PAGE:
Source: Global Ag Media/The Pig Site 13 April 2021, photo credit: PEW
A five-year animal agriculture program launched by USAID and led by Cargill, Ausvet, Heifer International and International Poultry Council will increase capacity of farmers, governments and other stakeholders to prevent and quickly respond to growing human health security risks.
The United States Agency for International Development (USAID) has tapped a consortium led by Cargill and including Ausvet, Heifer International, and the International Poultry Council (IPC) to improve livestock management and combat the threat of zoonotic diseases to both human and animal health.
The five-year, $33 million Transformational Strategies for Farm Output Risk Mitigation (TRANSFORM) consortium will harness innovation to sustainably improve animal health, strengthen animal agriculture production systems in Asia and Africa and enhance global health security.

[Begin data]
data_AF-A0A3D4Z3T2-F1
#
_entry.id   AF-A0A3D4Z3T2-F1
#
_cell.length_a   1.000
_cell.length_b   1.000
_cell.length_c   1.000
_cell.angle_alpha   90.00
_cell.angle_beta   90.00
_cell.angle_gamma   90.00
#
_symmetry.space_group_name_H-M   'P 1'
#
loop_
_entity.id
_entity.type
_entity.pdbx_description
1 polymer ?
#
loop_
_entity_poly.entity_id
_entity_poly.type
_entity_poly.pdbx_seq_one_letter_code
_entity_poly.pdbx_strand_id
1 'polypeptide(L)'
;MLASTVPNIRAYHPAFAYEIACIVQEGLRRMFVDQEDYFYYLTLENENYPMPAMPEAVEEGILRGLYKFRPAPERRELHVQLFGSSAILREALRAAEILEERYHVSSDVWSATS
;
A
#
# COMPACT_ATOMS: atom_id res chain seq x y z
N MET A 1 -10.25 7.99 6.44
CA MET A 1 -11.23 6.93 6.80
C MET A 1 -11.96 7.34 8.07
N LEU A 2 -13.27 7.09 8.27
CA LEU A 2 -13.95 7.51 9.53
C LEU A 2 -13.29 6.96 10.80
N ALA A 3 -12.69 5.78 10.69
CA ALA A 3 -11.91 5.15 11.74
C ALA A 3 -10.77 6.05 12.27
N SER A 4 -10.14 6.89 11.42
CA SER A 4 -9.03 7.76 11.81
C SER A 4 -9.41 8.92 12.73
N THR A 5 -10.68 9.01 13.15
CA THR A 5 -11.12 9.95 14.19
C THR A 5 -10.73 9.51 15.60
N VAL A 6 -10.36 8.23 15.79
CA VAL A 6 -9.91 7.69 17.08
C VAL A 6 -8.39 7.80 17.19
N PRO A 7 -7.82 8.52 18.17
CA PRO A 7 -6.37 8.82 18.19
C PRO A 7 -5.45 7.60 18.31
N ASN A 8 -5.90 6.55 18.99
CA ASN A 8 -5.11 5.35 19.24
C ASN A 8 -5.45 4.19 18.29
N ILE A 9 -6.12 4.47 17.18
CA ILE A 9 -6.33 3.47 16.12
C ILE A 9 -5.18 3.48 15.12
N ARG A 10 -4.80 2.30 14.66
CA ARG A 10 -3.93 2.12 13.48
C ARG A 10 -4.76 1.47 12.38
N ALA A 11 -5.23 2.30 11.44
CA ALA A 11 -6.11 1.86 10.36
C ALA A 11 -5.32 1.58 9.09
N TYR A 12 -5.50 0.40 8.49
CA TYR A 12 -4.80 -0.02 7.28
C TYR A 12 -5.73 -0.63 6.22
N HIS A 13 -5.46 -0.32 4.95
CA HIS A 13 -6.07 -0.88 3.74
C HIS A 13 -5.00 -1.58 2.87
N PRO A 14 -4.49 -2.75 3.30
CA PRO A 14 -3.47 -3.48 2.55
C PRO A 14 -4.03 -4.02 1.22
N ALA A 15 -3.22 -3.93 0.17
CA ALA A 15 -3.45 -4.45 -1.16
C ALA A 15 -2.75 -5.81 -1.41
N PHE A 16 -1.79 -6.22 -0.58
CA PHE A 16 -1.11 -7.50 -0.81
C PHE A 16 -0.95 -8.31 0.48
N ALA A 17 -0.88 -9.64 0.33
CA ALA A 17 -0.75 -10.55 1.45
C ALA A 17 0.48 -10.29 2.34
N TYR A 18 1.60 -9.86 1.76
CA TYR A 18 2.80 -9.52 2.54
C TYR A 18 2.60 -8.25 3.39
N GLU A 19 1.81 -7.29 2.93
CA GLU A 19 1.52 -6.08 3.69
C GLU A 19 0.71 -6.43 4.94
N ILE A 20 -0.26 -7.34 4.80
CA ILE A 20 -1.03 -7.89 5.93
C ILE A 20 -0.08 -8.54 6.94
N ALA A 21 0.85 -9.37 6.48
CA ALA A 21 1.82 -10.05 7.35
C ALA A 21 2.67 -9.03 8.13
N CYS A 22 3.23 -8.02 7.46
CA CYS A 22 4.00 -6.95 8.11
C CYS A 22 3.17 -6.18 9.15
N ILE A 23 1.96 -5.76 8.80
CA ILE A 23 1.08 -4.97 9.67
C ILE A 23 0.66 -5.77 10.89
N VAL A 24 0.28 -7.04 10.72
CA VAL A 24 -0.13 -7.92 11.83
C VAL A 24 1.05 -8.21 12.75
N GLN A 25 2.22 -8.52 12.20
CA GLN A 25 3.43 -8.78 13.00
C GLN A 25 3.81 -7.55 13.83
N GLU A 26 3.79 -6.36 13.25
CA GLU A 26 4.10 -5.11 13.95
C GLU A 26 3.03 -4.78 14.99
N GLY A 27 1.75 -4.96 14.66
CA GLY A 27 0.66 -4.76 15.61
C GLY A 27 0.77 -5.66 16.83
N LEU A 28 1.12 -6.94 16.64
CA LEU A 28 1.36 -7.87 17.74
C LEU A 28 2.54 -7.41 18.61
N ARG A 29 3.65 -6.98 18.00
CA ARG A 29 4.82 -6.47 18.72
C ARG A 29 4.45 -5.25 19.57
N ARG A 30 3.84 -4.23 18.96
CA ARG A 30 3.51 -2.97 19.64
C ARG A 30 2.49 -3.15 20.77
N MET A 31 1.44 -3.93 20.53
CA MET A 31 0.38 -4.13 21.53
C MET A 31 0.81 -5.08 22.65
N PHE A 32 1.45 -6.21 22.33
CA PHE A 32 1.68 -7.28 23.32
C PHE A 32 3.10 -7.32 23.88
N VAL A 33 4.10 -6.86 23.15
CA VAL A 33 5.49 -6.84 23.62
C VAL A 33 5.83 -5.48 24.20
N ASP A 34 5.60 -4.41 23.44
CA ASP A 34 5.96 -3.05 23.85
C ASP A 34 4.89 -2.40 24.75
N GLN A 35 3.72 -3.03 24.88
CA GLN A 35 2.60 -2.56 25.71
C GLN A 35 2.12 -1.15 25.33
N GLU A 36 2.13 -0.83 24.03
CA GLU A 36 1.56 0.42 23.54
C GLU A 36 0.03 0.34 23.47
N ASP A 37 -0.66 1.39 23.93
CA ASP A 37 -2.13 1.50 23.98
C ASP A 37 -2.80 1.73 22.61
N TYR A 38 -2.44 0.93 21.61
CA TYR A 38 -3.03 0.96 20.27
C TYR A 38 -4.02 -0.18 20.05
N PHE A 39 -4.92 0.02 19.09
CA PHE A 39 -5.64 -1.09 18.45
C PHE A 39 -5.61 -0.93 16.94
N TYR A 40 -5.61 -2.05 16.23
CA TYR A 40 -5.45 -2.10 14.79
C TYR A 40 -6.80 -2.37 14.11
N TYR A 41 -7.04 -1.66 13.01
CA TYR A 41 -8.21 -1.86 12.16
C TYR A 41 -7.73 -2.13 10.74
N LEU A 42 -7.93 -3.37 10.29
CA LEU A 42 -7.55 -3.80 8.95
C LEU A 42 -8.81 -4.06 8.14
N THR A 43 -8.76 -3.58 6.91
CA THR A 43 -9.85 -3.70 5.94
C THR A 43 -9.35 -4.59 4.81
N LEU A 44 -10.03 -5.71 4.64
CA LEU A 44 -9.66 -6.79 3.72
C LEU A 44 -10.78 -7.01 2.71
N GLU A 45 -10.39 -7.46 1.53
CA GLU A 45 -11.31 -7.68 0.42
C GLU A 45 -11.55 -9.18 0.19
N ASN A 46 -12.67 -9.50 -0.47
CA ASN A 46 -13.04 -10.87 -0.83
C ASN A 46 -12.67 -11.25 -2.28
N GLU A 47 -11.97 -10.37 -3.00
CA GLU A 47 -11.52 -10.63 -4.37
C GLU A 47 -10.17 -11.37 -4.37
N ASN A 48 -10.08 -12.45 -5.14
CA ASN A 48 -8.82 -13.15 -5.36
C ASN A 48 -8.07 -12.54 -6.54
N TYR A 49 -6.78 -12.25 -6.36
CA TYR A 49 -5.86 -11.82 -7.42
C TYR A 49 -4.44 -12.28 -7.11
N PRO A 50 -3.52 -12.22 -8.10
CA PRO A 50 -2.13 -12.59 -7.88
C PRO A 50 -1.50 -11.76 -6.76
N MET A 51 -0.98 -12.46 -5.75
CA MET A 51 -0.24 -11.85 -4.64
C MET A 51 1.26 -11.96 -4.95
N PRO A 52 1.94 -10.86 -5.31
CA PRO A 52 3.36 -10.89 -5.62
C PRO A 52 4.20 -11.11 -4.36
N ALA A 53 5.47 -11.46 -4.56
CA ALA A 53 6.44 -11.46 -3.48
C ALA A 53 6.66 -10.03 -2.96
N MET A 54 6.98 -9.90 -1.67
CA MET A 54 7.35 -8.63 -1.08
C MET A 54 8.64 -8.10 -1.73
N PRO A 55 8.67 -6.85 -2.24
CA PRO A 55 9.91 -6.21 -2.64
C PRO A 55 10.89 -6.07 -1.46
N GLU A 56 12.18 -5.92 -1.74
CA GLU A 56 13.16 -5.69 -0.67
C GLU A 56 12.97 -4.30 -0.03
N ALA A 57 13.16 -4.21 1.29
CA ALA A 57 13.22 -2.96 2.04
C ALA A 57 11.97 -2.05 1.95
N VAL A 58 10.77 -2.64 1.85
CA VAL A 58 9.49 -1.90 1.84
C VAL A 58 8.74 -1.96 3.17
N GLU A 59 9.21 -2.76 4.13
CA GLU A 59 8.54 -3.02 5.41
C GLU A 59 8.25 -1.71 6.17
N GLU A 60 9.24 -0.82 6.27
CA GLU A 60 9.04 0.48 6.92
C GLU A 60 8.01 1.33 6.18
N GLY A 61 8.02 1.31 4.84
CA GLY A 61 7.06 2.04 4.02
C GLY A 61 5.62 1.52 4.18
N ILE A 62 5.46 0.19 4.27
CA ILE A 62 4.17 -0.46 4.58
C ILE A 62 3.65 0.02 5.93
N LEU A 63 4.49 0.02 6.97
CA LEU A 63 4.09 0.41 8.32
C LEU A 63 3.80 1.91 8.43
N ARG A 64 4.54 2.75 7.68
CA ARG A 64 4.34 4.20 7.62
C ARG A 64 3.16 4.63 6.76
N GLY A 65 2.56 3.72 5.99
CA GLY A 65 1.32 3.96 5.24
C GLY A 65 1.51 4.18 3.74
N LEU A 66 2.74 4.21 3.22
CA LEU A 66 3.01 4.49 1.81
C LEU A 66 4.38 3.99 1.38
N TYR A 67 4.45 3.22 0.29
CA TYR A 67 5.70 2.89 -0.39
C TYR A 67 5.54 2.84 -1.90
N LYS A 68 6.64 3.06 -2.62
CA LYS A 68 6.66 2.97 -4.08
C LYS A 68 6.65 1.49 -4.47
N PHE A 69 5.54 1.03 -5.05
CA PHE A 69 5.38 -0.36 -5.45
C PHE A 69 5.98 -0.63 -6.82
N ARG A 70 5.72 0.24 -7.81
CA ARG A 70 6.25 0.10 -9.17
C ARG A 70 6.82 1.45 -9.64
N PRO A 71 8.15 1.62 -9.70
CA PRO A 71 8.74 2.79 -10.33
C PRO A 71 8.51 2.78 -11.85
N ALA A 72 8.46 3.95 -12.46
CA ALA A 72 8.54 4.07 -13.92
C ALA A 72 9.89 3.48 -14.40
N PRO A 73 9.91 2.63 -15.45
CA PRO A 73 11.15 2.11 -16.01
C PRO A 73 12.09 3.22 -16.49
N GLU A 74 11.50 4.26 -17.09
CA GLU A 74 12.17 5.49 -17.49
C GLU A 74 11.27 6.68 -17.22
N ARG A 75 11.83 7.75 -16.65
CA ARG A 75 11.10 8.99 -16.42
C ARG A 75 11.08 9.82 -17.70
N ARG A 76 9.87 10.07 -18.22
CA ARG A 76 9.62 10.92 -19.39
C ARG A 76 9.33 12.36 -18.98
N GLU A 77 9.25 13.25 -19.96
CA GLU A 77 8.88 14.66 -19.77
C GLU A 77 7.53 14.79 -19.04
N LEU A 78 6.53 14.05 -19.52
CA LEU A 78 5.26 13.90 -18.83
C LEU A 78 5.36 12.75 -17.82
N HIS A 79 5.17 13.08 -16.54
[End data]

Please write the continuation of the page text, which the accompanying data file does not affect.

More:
As a farm-based initiative, TRANSFORM will prioritize efforts to significantly decrease the risks of antimicrobial resistance (AMR) and zoonoses, diseases spread from animals to humans such as foodborne pathogens, anthrax and Avian and swine influenza.
The group will also consider transboundary animal diseases(TADs,) such as foot-and-mouth disease and African swine fever. Scientists estimate that more than three out of five known infectious diseases in people can be spread from animals, and 75% of new or emerging infectious diseases in people come from animals.
Smallholder farmers around the world are particularly vulnerable to transboundary animal diseases, with livestock representing their main source of food and income, and access to veterinary services often limited.